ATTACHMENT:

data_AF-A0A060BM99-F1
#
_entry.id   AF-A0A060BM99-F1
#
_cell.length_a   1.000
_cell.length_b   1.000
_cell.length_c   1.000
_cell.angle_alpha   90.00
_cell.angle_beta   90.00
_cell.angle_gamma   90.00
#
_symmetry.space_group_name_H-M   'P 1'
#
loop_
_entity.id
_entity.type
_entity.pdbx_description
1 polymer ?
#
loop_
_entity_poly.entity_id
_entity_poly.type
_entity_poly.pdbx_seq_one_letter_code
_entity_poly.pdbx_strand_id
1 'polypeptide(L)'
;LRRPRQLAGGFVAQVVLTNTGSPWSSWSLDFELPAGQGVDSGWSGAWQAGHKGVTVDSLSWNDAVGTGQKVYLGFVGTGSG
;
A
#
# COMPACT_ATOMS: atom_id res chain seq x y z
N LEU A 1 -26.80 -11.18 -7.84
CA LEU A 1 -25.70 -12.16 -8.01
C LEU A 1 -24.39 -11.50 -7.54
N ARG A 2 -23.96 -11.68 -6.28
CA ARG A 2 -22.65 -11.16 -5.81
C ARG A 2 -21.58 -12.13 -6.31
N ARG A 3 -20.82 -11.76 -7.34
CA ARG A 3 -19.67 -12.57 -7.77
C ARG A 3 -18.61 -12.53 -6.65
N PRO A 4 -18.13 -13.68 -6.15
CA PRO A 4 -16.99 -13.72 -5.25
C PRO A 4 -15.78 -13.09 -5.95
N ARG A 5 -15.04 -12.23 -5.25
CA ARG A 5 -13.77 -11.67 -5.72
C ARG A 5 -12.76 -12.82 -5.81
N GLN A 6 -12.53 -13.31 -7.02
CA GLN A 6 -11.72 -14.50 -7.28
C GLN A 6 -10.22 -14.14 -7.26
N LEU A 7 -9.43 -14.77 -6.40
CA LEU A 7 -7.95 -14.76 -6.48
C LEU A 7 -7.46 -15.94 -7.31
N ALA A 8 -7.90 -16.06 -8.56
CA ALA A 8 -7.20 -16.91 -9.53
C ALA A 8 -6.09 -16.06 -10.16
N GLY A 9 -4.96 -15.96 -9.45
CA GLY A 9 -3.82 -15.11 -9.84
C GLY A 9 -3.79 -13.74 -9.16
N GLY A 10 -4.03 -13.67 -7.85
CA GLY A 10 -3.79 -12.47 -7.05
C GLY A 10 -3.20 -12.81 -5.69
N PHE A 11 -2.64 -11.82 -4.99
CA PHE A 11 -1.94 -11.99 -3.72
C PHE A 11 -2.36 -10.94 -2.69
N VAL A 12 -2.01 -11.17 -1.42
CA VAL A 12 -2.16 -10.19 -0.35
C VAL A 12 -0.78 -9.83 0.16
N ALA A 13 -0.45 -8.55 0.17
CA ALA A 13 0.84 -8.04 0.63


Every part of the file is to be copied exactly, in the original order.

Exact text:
data_AF-A0A060BM99-F1
#
_entry.id   AF-A0A060BM99-F1
#
_cell.length_a   1.000
_cell.length_b   1.000
_cell.length_c   1.000
_cell.angle_alpha   90.00
_cell.angle_beta   90.00
_cell.angle_gamma   90.00
#
_symmetry.space_group_name_H-M   'P 1'
#
loop_
_entity.id
_entity.type
_entity.pdbx_description
1 polymer ?
#
loop_
_entity_poly.entity_id
_entity_poly.type
_entity_poly.pdbx_seq_one_letter_code
_entity_poly.pdbx_strand_id
1 'polypeptide(L)'
;LRRPRQLAGGFVAQVVLTNTGSPWSSWSLDFELPAGQGVDSGWSGAWQAGHKGVTVDSLSWNDAVGTGQKVYLGFVGTGSG
;
A
#
# COMPACT_ATOMS: atom_id res chain seq x y z
N LEU A 1 -26.80 -11.18 -7.84
CA LEU A 1 -25.70 -12.16 -8.01
C LEU A 1 -24.39 -11.50 -7.54
N ARG A 2 -23.96 -11.68 -6.28
CA ARG A 2 -22.65 -11.16 -5.81
C ARG A 2 -21.58 -12.13 -6.31
N ARG A 3 -20.82 -11.76 -7.34
CA ARG A 3 -19.67 -12.57 -7.77
C ARG A 3 -18.61 -12.53 -6.65
N PRO A 4 -18.13 -13.68 -6.15
CA PRO A 4 -16.99 -13.72 -5.25
C PRO A 4 -15.78 -13.09 -5.95
N ARG A 5 -15.04 -12.23 -5.25
CA ARG A 5 -13.77 -11.67 -5.72
C ARG A 5 -12.76 -12.82 -5.81
N GLN A 6 -12.53 -13.31 -7.02
CA GLN A 6 -11.72 -14.50 -7.28
C GLN A 6 -10.22 -14.14 -7.26
N LEU A 7 -9.43 -14.77 -6.40
CA LEU A 7 -7.95 -14.76 -6.48
C LEU A 7 -7.46 -15.94 -7.31
N ALA A 8 -7.90 -16.06 -8.56
CA ALA A 8 -7.20 -16.91 -9.53
C ALA A 8 -6.09 -16.06 -10.16
N GLY A 9 -4.96 -15.96 -9.45
CA GLY A 9 -3.82 -15.11 -9.84
C GLY A 9 -3.79 -13.74 -9.16
N GLY A 10 -4.03 -13.67 -7.85
CA GLY A 10 -3.79 -12.47 -7.05
C GLY A 10 -3.20 -12.81 -5.69
N PHE A 11 -2.64 -11.82 -4.99
CA PHE A 11 -1.94 -11.99 -3.72
C PHE A 11 -2.36 -10.94 -2.69
N VAL A 12 -2.01 -11.17 -1.42
CA VAL A 12 -2.16 -10.19 -0.35
C VAL A 12 -0.78 -9.83 0.16
N ALA A 13 -0.45 -8.55 0.17
CA ALA A 13 0.84 -8.04 0.63